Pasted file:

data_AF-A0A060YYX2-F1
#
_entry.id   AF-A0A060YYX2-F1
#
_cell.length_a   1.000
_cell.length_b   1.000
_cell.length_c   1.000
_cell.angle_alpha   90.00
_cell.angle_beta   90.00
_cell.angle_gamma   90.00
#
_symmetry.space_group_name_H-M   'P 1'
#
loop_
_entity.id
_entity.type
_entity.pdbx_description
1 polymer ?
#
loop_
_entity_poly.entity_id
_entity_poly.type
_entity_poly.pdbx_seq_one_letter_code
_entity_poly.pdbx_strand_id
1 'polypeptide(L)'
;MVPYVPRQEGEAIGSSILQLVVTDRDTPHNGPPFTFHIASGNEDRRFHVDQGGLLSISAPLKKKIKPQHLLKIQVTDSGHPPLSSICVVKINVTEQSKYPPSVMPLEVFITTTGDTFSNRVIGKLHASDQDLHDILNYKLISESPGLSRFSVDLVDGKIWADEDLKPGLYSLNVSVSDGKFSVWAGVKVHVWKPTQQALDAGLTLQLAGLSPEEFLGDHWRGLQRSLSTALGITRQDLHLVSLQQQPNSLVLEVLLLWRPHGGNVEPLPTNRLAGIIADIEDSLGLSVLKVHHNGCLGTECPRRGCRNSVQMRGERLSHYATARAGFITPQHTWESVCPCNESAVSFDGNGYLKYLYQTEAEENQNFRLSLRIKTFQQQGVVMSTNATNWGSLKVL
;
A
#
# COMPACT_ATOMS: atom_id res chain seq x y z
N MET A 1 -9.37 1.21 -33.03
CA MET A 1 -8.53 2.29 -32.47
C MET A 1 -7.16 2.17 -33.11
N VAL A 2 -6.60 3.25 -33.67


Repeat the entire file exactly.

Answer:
data_AF-A0A060YYX2-F1
#
_entry.id   AF-A0A060YYX2-F1
#
_cell.length_a   1.000
_cell.length_b   1.000
_cell.length_c   1.000
_cell.angle_alpha   90.00
_cell.angle_beta   90.00
_cell.angle_gamma   90.00
#
_symmetry.space_group_name_H-M   'P 1'
#
loop_
_entity.id
_entity.type
_entity.pdbx_description
1 polymer ?
#
loop_
_entity_poly.entity_id
_entity_poly.type
_entity_poly.pdbx_seq_one_letter_code
_entity_poly.pdbx_strand_id
1 'polypeptide(L)'
;MVPYVPRQEGEAIGSSILQLVVTDRDTPHNGPPFTFHIASGNEDRRFHVDQGGLLSISAPLKKKIKPQHLLKIQVTDSGHPPLSSICVVKINVTEQSKYPPSVMPLEVFITTTGDTFSNRVIGKLHASDQDLHDILNYKLISESPGLSRFSVDLVDGKIWADEDLKPGLYSLNVSVSDGKFSVWAGVKVHVWKPTQQALDAGLTLQLAGLSPEEFLGDHWRGLQRSLSTALGITRQDLHLVSLQQQPNSLVLEVLLLWRPHGGNVEPLPTNRLAGIIADIEDSLGLSVLKVHHNGCLGTECPRRGCRNSVQMRGERLSHYATARAGFITPQHTWESVCPCNESAVSFDGNGYLKYLYQTEAEENQNFRLSLRIKTFQQQGVVMSTNATNWGSLKVL
;
A
#
# COMPACT_ATOMS: atom_id res chain seq x y z
N MET A 1 -9.37 1.21 -33.03
CA MET A 1 -8.53 2.29 -32.47
C MET A 1 -7.16 2.17 -33.11
N VAL A 2 -6.60 3.25 -33.67